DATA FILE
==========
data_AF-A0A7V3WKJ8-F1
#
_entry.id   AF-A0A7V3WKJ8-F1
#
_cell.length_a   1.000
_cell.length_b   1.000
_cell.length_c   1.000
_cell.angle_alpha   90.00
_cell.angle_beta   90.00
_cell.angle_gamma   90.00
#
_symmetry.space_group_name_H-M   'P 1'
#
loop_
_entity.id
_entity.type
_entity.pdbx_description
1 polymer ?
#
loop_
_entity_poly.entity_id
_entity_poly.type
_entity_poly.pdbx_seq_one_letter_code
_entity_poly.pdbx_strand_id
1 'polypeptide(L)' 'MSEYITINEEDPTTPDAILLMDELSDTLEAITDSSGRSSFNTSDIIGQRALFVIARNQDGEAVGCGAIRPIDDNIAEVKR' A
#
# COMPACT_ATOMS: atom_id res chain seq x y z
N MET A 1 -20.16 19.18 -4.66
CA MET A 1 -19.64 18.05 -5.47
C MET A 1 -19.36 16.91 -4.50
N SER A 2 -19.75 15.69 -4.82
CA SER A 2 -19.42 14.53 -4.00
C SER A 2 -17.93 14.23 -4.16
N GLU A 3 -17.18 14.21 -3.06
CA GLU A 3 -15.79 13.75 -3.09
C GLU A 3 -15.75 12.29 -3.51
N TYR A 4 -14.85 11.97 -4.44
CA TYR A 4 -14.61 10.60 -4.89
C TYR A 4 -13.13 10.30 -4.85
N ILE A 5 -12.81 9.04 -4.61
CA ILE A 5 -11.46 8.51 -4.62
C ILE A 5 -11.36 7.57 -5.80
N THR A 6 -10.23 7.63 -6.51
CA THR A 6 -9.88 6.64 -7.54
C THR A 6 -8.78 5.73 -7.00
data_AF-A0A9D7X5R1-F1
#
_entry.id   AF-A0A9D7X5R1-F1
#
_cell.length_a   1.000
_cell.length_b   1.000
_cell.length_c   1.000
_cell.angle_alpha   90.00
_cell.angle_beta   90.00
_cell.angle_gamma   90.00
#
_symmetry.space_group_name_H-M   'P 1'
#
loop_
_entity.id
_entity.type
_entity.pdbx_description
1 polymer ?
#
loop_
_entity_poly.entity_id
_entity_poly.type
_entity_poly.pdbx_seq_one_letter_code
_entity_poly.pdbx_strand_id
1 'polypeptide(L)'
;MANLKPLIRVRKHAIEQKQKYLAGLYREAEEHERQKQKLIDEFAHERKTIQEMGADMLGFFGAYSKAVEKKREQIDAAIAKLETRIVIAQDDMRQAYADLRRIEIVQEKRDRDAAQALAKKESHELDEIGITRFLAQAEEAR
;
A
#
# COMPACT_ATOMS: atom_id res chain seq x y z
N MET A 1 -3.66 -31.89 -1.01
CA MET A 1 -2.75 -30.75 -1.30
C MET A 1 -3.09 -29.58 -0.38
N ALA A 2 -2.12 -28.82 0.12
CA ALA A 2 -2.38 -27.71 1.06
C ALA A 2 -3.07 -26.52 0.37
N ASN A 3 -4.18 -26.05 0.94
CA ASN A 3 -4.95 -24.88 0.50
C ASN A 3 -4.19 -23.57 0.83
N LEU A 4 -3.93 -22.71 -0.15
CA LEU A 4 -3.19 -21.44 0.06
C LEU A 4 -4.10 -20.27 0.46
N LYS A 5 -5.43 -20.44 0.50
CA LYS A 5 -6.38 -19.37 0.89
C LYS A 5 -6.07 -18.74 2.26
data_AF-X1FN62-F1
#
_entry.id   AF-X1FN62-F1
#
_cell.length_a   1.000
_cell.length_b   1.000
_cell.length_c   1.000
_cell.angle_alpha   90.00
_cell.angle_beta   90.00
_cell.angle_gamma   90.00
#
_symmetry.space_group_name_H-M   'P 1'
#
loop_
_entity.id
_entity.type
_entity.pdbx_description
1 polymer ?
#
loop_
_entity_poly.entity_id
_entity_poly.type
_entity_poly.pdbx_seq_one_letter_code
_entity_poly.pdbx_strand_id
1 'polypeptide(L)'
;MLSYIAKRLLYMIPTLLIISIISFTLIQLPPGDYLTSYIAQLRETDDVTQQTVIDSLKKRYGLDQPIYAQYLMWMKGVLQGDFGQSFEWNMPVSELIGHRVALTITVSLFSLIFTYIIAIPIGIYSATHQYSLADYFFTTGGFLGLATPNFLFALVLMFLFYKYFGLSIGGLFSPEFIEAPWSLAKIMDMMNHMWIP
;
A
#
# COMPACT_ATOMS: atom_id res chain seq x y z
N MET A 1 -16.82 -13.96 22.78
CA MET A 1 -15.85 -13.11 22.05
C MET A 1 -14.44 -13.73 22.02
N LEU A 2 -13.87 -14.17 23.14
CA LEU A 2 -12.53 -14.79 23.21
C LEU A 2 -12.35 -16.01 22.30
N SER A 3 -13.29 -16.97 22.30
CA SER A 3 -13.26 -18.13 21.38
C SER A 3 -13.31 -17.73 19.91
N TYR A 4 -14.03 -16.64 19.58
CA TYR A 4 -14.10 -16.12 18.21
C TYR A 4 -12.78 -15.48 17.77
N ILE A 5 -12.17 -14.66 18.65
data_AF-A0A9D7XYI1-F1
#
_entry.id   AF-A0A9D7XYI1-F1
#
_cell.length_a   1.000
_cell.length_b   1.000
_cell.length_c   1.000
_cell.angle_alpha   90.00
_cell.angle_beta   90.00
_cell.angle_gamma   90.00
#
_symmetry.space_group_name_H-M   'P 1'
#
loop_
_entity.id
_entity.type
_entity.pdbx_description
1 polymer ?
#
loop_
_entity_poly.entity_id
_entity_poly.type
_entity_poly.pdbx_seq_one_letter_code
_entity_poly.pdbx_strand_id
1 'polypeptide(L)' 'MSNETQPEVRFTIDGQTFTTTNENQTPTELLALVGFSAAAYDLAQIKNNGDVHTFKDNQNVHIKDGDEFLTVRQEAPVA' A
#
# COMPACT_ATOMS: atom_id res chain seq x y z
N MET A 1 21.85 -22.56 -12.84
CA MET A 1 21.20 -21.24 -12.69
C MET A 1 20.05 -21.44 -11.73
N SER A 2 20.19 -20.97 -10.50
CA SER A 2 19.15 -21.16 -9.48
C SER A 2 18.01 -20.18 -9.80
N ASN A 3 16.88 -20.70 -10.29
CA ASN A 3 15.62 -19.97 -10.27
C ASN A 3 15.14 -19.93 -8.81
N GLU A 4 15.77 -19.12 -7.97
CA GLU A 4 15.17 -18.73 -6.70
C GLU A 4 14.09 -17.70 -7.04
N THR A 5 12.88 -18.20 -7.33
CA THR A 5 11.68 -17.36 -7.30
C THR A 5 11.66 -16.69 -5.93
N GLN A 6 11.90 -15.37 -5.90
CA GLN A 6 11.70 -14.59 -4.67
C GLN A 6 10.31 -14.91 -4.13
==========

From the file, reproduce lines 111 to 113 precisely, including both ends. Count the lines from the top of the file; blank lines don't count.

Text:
_entity_poly.entity_id
_entity_poly.type
_entity_poly.pdbx_seq_one_letter_code